Clearly, something terrible has gone on behind the scenes to make the conservative Bishops so very, very angry.
Cathcon sadly has no photos of Cardinal Lehmann going wild, but one taken shortly afterwards, where one
Cathcon translation of
Freiburg: Krach um Zollitsch
Freiburg: Dispute about Zollitsch
No harmony in the family of God: Four of eight Bavarian bishops on Sunday did not come to Munich for the farewell service for Cardinal Wetter. An interview from Zollitsch brings agitation.
In Munich Bishops Walter Mixa (Augsburg), Wilhelm Schraml (Passau), Friedhelm Hoffmann (Würzburg) and Gerhard Ludwig Müller (Regensburg) were missing. The last named inaugurated instead a new kindergarten, where he preached: "From the womb to old age, we are all members of the great family of God."
The scandal of Munich is but only a part of the family dispute.
The other revolves around an interview with the Archbishop of Freiburg, Robert Zollitsch, in Der Spiegel. Zollitsch stated that homosexuality was for him a matter of social reality and the government should make rules for homosexual partnership. He distanced himself from the statements of Mixa on family policy. Words such as "child bearing machine" did not belong to his vocabulary, and broke down any discussion about the approach.
Then it came to celibacy which Zollitsch defended. But he also said: "And, of course, the connection between the priesthood and celibacy is not theologically necessary." This is anything but new, but for Bishop Mueller this went so against the grain, that he immediately he came out against the statement. Maybe he had just waiting for the occasion. Celibacy will never be repealed. The conservative "Network of Catholic Priests" leaped yesterday to Mueller’s defence. (Cathcon- more details soon)
About the motives of the four Bavarian bishops in not being seen in Munich, Hans Joachim Maier, President of the Central Committee of German Catholics, does not want to speculate. As much he said to the Badische Zeitung yesterday: "It was bad style, which is also not appropriate for a person such as Cardinal Wetter."
It was an affront not only against Wetter, but also against the non-Bavarian newcomer, Reinhard Marx, Wetter’s successor, whom the Conservatives count as one of theirs. And for Christian Weisner, spokesman for the lay movement "We Are Church", it meant a stab at Lehmann. Lehmann in the end had a considerable influence that Marx and none of the conservative Bavarians followed Wetter- and that his own successor was Zollitsch. The ranks of the hard-liners, including the Cologne, Cardinal Joachim Meisner, were empty. Lehmann’s activities sickened them.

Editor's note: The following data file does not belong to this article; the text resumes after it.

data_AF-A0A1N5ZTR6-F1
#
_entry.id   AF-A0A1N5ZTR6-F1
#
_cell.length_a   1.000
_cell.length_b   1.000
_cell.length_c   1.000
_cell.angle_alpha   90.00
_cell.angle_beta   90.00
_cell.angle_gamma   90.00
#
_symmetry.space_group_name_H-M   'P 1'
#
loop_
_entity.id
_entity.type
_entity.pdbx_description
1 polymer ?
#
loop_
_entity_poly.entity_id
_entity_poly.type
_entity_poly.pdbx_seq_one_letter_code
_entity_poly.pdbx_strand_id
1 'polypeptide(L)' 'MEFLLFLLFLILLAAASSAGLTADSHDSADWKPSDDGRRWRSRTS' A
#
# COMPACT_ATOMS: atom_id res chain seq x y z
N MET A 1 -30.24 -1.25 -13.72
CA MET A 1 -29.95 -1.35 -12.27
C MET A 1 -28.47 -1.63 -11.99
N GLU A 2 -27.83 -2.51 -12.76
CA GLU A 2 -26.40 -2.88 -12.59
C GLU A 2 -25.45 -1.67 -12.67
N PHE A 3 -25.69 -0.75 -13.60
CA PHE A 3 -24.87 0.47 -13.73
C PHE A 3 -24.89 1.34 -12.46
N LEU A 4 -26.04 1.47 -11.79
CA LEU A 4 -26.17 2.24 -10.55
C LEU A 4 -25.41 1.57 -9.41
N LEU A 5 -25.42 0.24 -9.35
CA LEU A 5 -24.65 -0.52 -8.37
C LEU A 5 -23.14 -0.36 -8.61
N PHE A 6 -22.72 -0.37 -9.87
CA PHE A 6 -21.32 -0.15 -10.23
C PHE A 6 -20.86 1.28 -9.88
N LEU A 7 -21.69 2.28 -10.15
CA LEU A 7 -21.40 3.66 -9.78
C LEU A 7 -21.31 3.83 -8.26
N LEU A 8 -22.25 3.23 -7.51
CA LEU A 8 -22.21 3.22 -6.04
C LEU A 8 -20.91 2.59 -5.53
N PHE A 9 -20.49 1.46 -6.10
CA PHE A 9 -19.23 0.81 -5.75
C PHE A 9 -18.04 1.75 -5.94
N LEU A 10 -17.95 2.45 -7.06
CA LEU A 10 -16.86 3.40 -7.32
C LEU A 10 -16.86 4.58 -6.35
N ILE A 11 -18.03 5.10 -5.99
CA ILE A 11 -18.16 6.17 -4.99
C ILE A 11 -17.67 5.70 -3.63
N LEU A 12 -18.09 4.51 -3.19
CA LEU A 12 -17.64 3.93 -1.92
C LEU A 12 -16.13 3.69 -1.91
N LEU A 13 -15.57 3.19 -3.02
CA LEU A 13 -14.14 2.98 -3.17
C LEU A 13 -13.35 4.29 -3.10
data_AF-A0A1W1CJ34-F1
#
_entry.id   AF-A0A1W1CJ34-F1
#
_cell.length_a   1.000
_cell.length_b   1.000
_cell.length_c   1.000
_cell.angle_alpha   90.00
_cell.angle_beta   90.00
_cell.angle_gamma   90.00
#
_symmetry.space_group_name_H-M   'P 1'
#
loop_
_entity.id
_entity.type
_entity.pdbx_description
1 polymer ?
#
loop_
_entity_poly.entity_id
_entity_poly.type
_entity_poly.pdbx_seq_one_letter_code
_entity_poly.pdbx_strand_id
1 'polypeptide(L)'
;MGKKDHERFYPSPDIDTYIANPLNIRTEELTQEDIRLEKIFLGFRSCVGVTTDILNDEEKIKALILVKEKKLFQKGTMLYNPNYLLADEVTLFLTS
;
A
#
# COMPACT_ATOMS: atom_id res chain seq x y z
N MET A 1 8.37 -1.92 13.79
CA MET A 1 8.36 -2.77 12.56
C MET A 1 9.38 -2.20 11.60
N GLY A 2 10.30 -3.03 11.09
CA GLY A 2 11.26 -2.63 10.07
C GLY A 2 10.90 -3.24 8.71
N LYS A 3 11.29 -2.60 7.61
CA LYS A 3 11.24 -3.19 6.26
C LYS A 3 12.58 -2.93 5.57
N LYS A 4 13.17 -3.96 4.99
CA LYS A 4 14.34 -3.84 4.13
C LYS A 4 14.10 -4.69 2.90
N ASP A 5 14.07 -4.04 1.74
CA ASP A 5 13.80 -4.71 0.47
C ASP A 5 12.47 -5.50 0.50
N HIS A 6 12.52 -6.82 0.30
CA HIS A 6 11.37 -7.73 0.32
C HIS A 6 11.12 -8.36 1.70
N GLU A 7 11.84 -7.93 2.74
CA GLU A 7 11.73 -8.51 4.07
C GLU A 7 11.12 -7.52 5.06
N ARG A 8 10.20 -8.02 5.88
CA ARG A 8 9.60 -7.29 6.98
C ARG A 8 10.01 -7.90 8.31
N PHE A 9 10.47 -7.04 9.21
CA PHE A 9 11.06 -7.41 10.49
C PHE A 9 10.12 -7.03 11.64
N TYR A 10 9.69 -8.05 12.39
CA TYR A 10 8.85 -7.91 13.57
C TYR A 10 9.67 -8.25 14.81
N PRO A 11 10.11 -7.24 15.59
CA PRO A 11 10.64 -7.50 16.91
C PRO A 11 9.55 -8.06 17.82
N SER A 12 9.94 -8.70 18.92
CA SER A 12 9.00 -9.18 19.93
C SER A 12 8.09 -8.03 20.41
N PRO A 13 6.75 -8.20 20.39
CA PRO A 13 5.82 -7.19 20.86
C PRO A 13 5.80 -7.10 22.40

Zollitsch, as his press spokesman Thomas Maier said yesterday, had noted the crossfire from Regensburg, but had nothing to say. Also Zollitsch was not in Munich because he, as Maier said, had an important appointment in Freiburg arranged a long time ago. He is not of Bavarian origin and on Sunday was not yet head of the German Bishops' Conference. The press office of the Archdiocese of Munich had in good religious tradition, "the directive, not to deliver a position." So, they have encouraged speculation.
The scandal of Munich and the dispute about celibacy have nothing directly to do with each other, but only indirectly: The conservatives are unhappy with the whole direction. Zollitsch understands church and society, and he knew what he was doing. He has given a sign. Some of his statements will not have pleased the Pope, but in any case it has displeased some of his episcopal colleagues, who for their part are forming up under Müller’s flag.
Zollitsch, at the outset of his tenure as Chairman of the Bishops' Conference made it clear that he is among the moderates. The toxic reaction from Regensburg shows that the arch-conservatives have understood this and find it hard to come to terms with. The gross discourtesy of Munich suits them. The fronts are now clear, the trenches visible.